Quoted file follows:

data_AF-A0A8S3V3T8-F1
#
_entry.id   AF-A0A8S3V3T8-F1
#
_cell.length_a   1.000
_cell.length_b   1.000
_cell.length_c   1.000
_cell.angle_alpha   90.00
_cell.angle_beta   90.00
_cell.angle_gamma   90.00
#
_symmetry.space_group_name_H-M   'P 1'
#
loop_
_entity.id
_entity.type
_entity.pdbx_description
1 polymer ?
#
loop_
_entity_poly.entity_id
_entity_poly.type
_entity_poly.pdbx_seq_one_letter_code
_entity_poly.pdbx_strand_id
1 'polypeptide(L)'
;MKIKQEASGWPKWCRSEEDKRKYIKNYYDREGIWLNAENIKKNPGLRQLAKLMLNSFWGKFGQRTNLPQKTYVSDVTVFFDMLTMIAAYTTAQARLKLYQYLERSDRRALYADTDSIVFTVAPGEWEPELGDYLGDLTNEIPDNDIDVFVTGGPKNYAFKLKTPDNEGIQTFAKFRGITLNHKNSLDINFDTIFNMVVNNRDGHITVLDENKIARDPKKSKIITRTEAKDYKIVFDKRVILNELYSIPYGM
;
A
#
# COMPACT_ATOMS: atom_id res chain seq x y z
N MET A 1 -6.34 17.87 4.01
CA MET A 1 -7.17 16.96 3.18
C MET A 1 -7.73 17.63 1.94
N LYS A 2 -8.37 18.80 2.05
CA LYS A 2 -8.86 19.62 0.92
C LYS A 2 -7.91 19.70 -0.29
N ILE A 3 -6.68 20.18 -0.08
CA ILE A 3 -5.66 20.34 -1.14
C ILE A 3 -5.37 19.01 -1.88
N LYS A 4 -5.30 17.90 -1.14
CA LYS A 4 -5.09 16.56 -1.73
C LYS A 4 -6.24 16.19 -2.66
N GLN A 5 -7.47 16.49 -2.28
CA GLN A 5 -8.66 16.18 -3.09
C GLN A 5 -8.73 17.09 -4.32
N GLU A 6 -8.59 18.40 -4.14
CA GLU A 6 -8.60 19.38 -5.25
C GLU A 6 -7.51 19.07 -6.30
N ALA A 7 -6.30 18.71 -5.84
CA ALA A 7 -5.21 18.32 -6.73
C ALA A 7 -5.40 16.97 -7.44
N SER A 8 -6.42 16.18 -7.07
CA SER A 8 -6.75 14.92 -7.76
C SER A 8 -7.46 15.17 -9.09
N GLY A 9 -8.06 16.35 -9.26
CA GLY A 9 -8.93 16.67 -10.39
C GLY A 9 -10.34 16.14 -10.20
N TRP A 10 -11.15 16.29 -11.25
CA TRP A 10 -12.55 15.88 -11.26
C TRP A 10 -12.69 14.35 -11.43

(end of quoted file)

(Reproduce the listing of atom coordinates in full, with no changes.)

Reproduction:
data_AF-A0A8S3V3T8-F1
#
_entry.id   AF-A0A8S3V3T8-F1
#
_cell.length_a   1.000
_cell.length_b   1.000
_cell.length_c   1.000
_cell.angle_alpha   90.00
_cell.angle_beta   90.00
_cell.angle_gamma   90.00
#
_symmetry.space_group_name_H-M   'P 1'
#
loop_
_entity.id
_entity.type
_entity.pdbx_description
1 polymer ?
#
loop_
_entity_poly.entity_id
_entity_poly.type
_entity_poly.pdbx_seq_one_letter_code
_entity_poly.pdbx_strand_id
1 'polypeptide(L)'
;MKIKQEASGWPKWCRSEEDKRKYIKNYYDREGIWLNAENIKKNPGLRQLAKLMLNSFWGKFGQRTNLPQKTYVSDVTVFFDMLTMIAAYTTAQARLKLYQYLERSDRRALYADTDSIVFTVAPGEWEPELGDYLGDLTNEIPDNDIDVFVTGGPKNYAFKLKTPDNEGIQTFAKFRGITLNHKNSLDINFDTIFNMVVNNRDGHITVLDENKIARDPKKSKIITRTEAKDYKIVFDKRVILNELYSIPYGM
;
A
#
# COMPACT_ATOMS: atom_id res chain seq x y z
N MET A 1 -6.34 17.87 4.01
CA MET A 1 -7.17 16.96 3.18
C MET A 1 -7.73 17.63 1.94
N LYS A 2 -8.37 18.80 2.05
CA LYS A 2 -8.86 19.62 0.92
C LYS A 2 -7.91 19.70 -0.29
N ILE A 3 -6.68 20.18 -0.08
CA ILE A 3 -5.66 20.34 -1.14
C ILE A 3 -5.37 19.01 -1.88
N LYS A 4 -5.30 17.90 -1.14
CA LYS A 4 -5.09 16.56 -1.73
C LYS A 4 -6.24 16.19 -2.66
N GLN A 5 -7.47 16.49 -2.28
CA GLN A 5 -8.66 16.18 -3.09
C GLN A 5 -8.73 17.09 -4.32
N GLU A 6 -8.59 18.40 -4.14
CA GLU A 6 -8.60 19.38 -5.25
C GLU A 6 -7.51 19.07 -6.30
N ALA A 7 -6.30 18.71 -5.84
CA ALA A 7 -5.21 18.32 -6.73
C ALA A 7 -5.40 16.97 -7.44
N SER A 8 -6.42 16.18 -7.07
CA SER A 8 -6.75 14.92 -7.76
C SER A 8 -7.46 15.17 -9.09
N GLY A 9 -8.06 16.35 -9.26
CA GLY A 9 -8.93 16.67 -10.39
C GLY A 9 -10.34 16.14 -10.20
N TRP A 10 -11.15 16.29 -11.25
CA TRP A 10 -12.55 15.88 -11.26
C TRP A 10 -12.69 14.35 -11.43